Our brains need food. This is, pardon the pun, a no-brainer. Without nourishment, our bodies and our brains can’t flourish. How much we eat and what we eat affect our brains. For instance, as Sandrine Thurin in her TEDxTalk states, referred to in another post, proper nutrition can help us generate new neurons in our brains.
Proper nutrition is a second basic requirement, besides sleep, our brains need to learn well. This was discovered, for instance, in in American schools. Sam Kass in his gripping and important TEDtalk about “Want kids to learn better: Feed them”, which describes clearly how nutrition impacts our health and our learning outcomes. It is a basic requirement, because if our bodies are starving or lacking in vital nutrients, it is unrealistic to believe we can learn well and effectively.
Sam Kass describes a program in school, where they gave out breakfast and lunch to each kid for free. The result was that the students reading scores went up by 17,5% and their chances of graduating went up by 20%. He says “When we give our kids the nourishment they need, we give them the chance to thrive, both in the classroom and beyond”.
In Finland, where I’m from, and from where received my schooling up to doctorate and still live in, this is one of the things we do. We feed our school children for free every school day. Granted, they don’t have breakfast, but each child has a school dinner and they have had this since 1943 (if you can understand Finnish, you can read more about this here). The only countries in the world giving food to children as a part of the curriculum, based on the linked Finnish article, are Finland and Sweden.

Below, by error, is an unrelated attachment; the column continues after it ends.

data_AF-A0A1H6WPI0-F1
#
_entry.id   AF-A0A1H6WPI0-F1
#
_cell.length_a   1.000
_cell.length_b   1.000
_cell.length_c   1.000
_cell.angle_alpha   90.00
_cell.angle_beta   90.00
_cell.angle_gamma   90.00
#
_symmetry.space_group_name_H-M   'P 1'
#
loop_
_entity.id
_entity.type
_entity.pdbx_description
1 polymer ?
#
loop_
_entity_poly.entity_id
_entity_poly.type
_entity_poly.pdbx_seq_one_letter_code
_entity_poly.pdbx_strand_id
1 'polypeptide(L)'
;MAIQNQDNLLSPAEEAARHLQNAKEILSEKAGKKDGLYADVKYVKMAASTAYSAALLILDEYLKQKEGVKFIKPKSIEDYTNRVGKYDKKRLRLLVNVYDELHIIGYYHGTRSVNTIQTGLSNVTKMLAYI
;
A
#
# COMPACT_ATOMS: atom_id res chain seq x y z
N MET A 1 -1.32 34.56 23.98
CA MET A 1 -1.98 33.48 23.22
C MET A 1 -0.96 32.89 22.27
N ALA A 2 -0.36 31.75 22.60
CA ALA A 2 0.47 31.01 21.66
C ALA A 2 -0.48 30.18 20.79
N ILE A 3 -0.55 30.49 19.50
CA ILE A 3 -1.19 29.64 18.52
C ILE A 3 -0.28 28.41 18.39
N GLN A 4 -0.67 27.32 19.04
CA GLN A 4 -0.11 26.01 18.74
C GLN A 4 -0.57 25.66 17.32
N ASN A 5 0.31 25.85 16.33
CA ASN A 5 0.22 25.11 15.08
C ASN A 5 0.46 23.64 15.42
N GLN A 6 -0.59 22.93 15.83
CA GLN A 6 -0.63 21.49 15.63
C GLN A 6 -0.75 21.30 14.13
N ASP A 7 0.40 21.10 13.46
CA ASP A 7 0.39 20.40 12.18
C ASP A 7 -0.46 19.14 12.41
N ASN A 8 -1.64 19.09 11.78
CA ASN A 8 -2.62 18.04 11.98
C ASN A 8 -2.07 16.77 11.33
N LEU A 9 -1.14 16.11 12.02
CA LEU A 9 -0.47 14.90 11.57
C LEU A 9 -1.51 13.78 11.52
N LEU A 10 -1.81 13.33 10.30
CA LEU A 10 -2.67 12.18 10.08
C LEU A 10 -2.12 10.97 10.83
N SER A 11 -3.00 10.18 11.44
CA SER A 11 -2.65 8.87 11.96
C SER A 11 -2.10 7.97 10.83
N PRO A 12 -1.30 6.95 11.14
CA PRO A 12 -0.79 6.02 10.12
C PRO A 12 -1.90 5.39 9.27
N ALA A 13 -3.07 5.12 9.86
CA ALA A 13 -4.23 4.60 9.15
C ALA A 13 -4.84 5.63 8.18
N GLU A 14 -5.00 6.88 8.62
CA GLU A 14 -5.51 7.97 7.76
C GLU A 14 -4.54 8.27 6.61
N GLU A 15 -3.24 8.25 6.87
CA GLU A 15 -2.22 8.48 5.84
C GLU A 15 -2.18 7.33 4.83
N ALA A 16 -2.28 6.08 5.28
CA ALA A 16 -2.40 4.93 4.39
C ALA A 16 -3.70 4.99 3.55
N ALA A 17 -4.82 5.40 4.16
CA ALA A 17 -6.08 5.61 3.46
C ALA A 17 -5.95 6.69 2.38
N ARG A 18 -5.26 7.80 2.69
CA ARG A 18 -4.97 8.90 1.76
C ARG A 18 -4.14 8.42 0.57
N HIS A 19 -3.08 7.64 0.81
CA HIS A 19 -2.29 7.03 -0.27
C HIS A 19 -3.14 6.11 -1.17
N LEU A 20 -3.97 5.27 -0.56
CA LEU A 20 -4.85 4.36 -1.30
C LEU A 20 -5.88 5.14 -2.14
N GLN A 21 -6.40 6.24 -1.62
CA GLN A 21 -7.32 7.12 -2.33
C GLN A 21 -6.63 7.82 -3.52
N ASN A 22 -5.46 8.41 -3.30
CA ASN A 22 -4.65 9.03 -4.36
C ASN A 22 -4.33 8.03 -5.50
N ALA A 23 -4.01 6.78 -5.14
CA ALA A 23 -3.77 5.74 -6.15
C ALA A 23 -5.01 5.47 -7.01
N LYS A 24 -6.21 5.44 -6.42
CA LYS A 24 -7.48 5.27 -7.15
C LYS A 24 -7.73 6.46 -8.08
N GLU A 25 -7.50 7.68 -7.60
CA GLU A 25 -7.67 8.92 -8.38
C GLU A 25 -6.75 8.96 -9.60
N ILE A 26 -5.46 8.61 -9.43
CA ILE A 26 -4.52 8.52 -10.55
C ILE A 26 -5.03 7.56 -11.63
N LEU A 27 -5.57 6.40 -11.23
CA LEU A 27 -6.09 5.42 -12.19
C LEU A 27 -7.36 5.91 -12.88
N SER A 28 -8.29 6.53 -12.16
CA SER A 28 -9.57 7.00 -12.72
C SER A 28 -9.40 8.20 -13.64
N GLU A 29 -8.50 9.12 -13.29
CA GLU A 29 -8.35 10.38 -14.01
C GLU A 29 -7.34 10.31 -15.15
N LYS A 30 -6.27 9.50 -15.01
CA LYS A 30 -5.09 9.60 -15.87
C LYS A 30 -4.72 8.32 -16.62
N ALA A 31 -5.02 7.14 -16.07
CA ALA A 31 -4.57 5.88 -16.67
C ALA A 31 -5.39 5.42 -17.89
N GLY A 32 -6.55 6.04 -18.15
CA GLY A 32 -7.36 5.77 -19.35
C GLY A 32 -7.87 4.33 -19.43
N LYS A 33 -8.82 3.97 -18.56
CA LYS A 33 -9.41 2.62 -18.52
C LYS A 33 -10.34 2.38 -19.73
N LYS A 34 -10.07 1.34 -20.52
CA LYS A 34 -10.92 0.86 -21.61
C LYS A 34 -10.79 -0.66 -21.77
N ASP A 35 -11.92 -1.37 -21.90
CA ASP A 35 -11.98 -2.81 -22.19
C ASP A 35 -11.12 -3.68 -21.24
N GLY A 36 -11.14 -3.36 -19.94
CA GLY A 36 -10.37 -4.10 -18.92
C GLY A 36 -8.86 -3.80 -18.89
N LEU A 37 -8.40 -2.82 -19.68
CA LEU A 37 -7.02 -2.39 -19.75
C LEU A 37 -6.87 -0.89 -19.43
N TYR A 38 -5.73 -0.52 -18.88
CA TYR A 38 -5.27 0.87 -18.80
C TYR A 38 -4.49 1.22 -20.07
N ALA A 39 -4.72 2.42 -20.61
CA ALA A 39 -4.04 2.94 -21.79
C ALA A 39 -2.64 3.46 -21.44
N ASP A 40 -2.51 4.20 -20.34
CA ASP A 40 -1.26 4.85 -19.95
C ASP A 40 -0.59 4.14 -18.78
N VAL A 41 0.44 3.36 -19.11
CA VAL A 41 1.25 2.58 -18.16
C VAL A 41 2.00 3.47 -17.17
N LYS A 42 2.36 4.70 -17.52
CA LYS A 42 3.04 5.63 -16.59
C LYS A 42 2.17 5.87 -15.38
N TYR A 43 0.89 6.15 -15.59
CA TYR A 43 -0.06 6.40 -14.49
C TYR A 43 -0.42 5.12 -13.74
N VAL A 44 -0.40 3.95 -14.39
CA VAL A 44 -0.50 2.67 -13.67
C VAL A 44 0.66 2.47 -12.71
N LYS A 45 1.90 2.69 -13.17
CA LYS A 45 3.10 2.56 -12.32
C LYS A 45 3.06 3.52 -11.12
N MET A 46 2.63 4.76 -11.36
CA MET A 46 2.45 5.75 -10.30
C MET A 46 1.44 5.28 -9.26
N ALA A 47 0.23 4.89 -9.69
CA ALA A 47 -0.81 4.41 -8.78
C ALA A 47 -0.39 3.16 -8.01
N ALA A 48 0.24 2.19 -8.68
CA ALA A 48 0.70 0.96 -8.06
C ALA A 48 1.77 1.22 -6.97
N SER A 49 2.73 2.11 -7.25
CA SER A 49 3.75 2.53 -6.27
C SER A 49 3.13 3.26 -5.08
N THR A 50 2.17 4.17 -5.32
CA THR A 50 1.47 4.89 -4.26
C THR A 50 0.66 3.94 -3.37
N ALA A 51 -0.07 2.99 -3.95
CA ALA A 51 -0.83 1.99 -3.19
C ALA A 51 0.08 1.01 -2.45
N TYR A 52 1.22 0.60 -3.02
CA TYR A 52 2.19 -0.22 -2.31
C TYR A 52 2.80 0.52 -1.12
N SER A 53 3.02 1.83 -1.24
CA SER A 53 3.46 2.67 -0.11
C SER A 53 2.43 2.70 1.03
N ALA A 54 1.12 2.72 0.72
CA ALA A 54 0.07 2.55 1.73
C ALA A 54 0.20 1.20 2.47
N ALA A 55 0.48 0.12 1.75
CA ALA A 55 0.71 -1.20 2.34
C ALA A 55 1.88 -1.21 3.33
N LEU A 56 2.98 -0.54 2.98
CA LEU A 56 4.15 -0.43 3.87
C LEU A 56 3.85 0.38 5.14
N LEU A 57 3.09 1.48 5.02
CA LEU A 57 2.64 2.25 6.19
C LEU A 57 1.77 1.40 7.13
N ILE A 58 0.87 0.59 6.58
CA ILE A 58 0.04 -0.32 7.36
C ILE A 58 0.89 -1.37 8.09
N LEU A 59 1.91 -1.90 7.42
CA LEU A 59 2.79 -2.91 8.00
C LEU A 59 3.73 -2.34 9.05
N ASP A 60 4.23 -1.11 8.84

Personally, I believe this is one of the things that differentiate Finland and why we have such good results in school as demonstrated in Pisa-studies. It is not, by far, the only thing, as Sweden also gives their kids lunch and their results are not the same. But it is one strong base. The school lunches are also nourishing and healthy. Without hunger pains and proper nutrition our kids can focus better on learning.
I expect we will be hearing more about the best nutrition for our brains as more research is carried out, but Sandrine Thuret in her TEDxTalk describes a good diet to get us going and promoting neurogenesis (= generating new neurons – for my previous text on neurogenesis and neuroplasticity read more here):
Helps create new brain cells:
- Omega 3 fatty acids (found f.ex. in fatty fish like salmon, chia seeds and some other seeds, walnuts)
- folic acid (found f.ex. in dark leafy greens, broccoli, citrus fruits, beans, avocado, nuts and seeds, cauliflower, carrots)
- zinc (found f.ex. in dark chocolate, garlic, sesame seeds, chickpeas)
- intermittent fasting
- caloric restriction
Hinders new brain cell creation:
- diet high in fat
- diet high in sugar
- soft foods (it seems our brains like mastication – the process of chewing)
So, if you want to improve your learning or your childrens’ learning, one way to go about it is to improve your, and their, diet.